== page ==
• Prints in color, and black and white
  • 2400 x 1200 optimized dpi
  • Holds 1GB of memory
  • True print preview for accurate printing
  • Small size of just 51.9 x 21.9 x 36.7 inches
  • Weighs 91.9 lbs
  • Handles multiple jobs in one click

3.    HP DesignJet T250

When you want to take your plotter with you on the road, the HP DesignJet T250 is your best option. It’s currently the world’s smallest wide-format printer, and it lets you send multiple files with a simple click.
This printer-only device works wirelessly or with an ethernet cable, and it’s compatible with JPEG and URF files. It’s also priced to be as affordable as some traditional business printers. You can also save on ink when you buy original HP inks and set it to use 95% less ink during routine maintenance processes.

Key features:
  • Choice of 24 or 26-inch print width
  • Print speeds of up to 30 seconds per page, up to 76 prints per hour
  • Prints in color, and black and white
  • 500GB internal memory
  • Small size of just 39.9 x 17.3 x 11.2 in
  • Weighs only 47.4 lbs
  • 2400 x 1200 optimized dpi

HP plotter printer software

One other benefit to buying an HP plotter printer is the software. HP® makes it easy to create and print jobs in a number of common file formats used by various industries. The software is simple to set up and allows you to work wirelessly from your smartphone and collaborate with coworkers.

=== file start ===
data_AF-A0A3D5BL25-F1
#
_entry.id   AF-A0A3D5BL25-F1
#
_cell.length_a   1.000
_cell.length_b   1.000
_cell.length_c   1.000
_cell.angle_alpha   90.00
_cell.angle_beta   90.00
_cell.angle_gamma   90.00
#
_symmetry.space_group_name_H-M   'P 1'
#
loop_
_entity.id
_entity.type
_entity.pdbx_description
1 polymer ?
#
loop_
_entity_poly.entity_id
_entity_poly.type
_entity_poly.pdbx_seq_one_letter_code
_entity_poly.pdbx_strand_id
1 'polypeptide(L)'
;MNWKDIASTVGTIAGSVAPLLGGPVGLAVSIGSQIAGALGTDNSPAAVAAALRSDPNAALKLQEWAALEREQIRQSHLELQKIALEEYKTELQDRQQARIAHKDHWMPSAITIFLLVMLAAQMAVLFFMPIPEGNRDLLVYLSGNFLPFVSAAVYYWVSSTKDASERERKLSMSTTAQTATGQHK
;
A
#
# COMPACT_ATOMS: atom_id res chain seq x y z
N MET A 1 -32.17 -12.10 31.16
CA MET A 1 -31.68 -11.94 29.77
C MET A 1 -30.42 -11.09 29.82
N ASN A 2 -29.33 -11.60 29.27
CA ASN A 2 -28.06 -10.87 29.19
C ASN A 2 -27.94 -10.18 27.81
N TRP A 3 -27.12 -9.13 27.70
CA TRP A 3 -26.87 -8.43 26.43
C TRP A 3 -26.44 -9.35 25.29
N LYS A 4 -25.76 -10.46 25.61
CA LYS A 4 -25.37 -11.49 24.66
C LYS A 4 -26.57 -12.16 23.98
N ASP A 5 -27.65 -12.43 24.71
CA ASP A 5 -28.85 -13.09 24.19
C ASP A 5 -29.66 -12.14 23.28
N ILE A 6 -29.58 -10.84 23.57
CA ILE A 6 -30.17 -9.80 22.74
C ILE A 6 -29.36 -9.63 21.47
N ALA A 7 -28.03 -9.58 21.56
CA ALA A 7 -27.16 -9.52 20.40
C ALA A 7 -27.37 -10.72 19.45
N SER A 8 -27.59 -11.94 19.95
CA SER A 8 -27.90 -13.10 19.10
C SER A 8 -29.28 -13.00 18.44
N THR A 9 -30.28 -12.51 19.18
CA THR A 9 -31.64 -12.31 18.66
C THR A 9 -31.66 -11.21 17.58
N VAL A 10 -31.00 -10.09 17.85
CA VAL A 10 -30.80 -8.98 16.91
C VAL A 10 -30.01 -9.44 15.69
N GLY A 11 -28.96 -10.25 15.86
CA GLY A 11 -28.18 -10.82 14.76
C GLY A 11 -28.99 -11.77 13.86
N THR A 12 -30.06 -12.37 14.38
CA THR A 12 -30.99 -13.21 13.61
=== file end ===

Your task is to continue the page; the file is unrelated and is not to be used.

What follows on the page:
HP Click aims to give you more printing versatility with the simple click of a button. The software works with wide-format printers and includes the following perks:
  • Auto-rotate and resizing helps you get the most out of every page and save money on printing costs
  • Error alerts and print previews let you know what your project will look like, so you can fix any issues before you send it to the printer
  • Drag-and-drop multiple files of various file types in a single print send action
  • One software does many more job types, including point-of-sale posters, colorful maps, and building blueprints
With an HP plotter, you should experience the same simplicity as using a traditional office printer, but with the technical accuracy of a plotter printer.

Bottom line

If you worked in engineering, construction, or design decades ago, you had just one choice for the accuracy and detail needed in a print job. Those older plotter printers were intricate, but they lacked the range of inks available in today's HP DesignJet printers. They also forced you to run from station to station, manually delivering print jobs or sending them from just one computer.
With the mobile printing technology available today, everyone on the job site or in the office can share and collaborate on the same documents with the press of a smartphone button. The new plotter printers are also smaller, lighter, and budget-friendly, with a range of options to fit into your specific office space.
When researching your next plotter printer, consider how the HP DesignJet line assimilates easily into your existing workflow and potentially improves the way your business operates.
About the Author: Linsey Knerl is a contributing writer for HP Tech Takes. Linsey is a Midwest-based author, public speaker, and member of the ASJA. She has a passion for helping consumers and small business owners do more with their resources via the latest tech solutions.